Global health authorities and vaccine developers are currently partnering to support the technology needed to produce vaccines. Some approaches have been used before to create vaccines, but some are still quite new.
Live vaccines use a weakened (attenuated) form of the germ that causes a disease. This kind of vaccine prompts an immune response without causing disease. The term attenuated means that the vaccine's ability to cause disease has been reduced. Live vaccines are used to protect against measles, mumps, rubella, smallpox, and chickenpox. As a result, the infrastructure is in place to develop these kinds of vaccines. However, live virus vaccines often need extensive safety testing. Some live viruses can be transmitted to a person who isn't immunized. This is a concern for people who have weakened immune systems.
Inactivated vaccines use a killed (inactive) version of the germ that causes a disease. This kind of vaccine causes an immune response but not an infection. Inactivated vaccines are used to prevent the flu, hepatitis A and rabies. However, inactivated vaccines may not provide protection that's as strong as that produced by live vaccines. This type of vaccine often requires multiple doses, followed by booster doses, to provide long-term immunity. Producing these types of vaccines might require the handling of large amounts of the infectious virus.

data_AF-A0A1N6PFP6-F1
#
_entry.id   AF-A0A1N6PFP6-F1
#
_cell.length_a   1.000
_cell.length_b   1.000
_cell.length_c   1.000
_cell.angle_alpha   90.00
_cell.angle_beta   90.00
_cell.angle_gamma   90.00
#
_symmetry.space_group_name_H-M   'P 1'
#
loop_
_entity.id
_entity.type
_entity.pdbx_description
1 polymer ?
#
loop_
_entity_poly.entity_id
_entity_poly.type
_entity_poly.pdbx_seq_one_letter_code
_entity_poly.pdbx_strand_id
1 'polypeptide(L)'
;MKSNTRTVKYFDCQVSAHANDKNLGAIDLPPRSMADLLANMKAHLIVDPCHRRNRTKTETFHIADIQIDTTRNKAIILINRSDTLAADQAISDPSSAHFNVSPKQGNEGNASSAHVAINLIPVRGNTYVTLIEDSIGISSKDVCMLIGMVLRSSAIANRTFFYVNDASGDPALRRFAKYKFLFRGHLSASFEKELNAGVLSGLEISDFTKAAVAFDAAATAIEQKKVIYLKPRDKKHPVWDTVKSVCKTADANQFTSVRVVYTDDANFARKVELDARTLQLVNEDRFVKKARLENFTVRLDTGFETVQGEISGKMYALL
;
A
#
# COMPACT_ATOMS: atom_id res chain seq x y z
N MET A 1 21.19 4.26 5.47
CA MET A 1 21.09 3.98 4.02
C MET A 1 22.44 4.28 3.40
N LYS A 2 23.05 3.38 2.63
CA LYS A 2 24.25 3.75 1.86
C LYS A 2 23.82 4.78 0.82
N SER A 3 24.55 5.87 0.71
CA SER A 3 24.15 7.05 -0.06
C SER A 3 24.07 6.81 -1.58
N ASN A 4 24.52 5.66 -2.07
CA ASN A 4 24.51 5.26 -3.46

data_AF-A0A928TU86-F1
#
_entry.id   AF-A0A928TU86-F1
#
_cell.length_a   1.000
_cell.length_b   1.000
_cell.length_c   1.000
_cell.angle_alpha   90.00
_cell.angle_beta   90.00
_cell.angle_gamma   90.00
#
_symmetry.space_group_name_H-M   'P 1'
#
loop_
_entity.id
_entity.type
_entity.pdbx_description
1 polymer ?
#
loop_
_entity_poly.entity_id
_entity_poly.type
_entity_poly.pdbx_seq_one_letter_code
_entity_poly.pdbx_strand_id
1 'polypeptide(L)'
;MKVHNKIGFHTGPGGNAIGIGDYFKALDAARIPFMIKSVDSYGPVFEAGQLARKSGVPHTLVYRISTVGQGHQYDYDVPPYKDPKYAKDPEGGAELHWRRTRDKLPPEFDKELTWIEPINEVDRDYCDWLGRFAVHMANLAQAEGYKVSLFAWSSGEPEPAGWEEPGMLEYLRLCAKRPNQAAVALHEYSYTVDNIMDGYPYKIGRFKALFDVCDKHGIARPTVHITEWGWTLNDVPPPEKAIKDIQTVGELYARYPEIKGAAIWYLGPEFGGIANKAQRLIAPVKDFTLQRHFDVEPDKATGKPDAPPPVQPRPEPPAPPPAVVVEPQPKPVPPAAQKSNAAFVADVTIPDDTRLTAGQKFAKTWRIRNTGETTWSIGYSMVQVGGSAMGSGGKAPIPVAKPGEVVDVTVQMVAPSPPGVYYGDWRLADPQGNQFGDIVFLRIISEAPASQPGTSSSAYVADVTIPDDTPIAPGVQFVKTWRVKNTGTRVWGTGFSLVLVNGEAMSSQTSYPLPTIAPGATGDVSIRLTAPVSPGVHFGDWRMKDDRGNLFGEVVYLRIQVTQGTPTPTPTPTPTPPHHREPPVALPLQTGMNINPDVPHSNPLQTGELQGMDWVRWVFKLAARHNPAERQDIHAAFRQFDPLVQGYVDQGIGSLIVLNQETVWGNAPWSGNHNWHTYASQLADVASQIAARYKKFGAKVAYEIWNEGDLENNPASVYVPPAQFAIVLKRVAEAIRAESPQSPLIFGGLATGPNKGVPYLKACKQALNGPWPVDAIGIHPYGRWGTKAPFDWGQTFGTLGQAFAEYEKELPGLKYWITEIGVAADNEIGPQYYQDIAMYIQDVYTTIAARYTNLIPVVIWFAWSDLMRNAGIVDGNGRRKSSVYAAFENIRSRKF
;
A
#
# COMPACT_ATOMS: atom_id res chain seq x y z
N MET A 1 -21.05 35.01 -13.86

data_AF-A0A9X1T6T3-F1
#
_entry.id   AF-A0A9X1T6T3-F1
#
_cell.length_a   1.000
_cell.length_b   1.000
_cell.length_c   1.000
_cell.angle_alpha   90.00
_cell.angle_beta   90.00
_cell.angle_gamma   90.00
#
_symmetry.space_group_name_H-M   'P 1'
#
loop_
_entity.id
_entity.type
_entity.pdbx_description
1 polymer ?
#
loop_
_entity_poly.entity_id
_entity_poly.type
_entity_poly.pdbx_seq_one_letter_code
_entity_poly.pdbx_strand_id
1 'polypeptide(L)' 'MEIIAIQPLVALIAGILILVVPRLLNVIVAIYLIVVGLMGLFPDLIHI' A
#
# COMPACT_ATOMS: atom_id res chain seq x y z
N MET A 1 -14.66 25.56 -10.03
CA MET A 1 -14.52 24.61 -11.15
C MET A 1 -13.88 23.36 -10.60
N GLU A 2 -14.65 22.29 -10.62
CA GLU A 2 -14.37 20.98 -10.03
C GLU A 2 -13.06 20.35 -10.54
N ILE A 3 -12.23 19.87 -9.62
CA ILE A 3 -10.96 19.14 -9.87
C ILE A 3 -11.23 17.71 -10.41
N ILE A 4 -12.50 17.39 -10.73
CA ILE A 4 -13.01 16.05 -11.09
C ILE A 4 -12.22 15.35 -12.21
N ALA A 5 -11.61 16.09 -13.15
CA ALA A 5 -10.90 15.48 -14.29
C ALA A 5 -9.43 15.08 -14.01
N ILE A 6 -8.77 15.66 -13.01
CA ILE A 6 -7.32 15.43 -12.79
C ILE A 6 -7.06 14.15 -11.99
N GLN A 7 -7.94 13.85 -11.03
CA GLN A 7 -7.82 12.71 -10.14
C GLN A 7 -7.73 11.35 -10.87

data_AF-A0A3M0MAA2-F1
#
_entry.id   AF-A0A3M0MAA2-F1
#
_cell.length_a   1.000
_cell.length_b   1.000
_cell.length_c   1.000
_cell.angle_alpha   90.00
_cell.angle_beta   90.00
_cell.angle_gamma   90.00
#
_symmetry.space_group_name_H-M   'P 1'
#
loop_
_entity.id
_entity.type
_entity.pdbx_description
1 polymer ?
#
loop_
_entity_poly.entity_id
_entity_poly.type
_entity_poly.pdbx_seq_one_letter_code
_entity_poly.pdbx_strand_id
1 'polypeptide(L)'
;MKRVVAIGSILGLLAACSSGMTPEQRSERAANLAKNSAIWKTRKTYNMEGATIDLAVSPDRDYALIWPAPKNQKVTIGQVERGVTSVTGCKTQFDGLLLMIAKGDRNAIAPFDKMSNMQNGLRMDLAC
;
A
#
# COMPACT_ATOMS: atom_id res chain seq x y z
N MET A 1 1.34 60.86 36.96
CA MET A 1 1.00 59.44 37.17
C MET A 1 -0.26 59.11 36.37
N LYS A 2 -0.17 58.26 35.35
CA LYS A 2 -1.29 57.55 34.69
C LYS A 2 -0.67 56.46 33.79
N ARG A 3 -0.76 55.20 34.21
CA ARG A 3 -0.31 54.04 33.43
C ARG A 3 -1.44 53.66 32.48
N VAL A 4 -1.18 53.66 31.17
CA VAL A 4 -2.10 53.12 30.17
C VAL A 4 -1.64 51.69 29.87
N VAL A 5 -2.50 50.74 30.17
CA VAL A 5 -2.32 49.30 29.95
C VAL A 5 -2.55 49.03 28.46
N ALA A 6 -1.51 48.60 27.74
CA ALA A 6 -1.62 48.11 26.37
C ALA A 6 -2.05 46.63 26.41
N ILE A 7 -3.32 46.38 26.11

Genetically engineered vaccines
This type of vaccine uses genetically engineered RNA or DNA that has instructions for making copies of the S protein. These copies prompt an immune response to the virus. With this approach, no infectious virus needs to be handled. While genetically engineered vaccines are in the works, none has been licensed for human use.
SIX TRIGGER CRITERIA FOR STATE COVID-19 VACCINATION MANDATES